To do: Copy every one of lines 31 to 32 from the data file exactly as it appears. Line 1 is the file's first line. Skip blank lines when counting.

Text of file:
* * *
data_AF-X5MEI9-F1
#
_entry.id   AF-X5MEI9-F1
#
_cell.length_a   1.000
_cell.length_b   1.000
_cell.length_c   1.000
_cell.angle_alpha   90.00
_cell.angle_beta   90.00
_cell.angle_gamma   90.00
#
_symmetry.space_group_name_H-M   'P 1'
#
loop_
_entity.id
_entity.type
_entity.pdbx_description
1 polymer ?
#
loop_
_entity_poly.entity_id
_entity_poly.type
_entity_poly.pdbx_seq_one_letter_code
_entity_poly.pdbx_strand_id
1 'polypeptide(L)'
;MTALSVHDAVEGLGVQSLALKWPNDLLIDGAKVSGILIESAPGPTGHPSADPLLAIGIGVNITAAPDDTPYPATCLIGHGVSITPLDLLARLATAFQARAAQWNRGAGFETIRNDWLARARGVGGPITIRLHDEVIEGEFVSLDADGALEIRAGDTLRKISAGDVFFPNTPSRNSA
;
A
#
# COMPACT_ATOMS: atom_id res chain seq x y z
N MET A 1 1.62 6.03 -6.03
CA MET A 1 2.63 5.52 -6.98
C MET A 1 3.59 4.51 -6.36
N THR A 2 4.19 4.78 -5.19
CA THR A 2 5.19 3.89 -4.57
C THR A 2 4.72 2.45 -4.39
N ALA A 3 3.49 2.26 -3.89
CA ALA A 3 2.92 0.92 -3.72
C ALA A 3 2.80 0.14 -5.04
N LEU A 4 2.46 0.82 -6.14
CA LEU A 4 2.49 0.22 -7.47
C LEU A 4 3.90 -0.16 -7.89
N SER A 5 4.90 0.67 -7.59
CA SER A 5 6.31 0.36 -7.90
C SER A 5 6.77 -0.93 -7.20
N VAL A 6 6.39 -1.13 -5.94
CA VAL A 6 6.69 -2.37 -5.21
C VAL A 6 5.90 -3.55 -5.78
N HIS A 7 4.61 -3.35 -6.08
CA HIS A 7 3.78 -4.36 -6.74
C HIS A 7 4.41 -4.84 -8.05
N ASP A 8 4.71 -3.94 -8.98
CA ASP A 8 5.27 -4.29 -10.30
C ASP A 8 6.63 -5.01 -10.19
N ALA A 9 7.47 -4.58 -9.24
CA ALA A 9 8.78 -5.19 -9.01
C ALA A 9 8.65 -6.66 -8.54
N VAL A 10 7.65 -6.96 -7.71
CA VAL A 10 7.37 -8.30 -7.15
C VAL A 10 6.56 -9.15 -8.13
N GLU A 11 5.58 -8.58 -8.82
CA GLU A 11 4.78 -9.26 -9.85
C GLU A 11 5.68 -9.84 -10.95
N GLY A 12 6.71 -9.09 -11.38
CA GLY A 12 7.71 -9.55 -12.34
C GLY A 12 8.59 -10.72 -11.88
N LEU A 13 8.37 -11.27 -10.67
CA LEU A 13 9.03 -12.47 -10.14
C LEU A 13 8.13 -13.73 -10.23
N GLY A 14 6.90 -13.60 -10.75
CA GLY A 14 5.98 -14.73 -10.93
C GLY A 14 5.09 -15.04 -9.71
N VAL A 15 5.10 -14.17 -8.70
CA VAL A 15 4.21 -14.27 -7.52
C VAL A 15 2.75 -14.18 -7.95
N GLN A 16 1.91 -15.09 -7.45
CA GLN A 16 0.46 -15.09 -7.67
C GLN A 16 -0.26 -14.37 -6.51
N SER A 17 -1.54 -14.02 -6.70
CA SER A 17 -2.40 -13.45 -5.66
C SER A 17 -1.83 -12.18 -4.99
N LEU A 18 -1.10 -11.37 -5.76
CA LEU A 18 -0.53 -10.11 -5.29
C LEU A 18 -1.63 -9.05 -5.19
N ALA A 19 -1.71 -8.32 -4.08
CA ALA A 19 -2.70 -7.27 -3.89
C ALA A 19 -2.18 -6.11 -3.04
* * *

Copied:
N MET A 1 1.62 6.03 -6.03
CA MET A 1 2.63 5.52 -6.98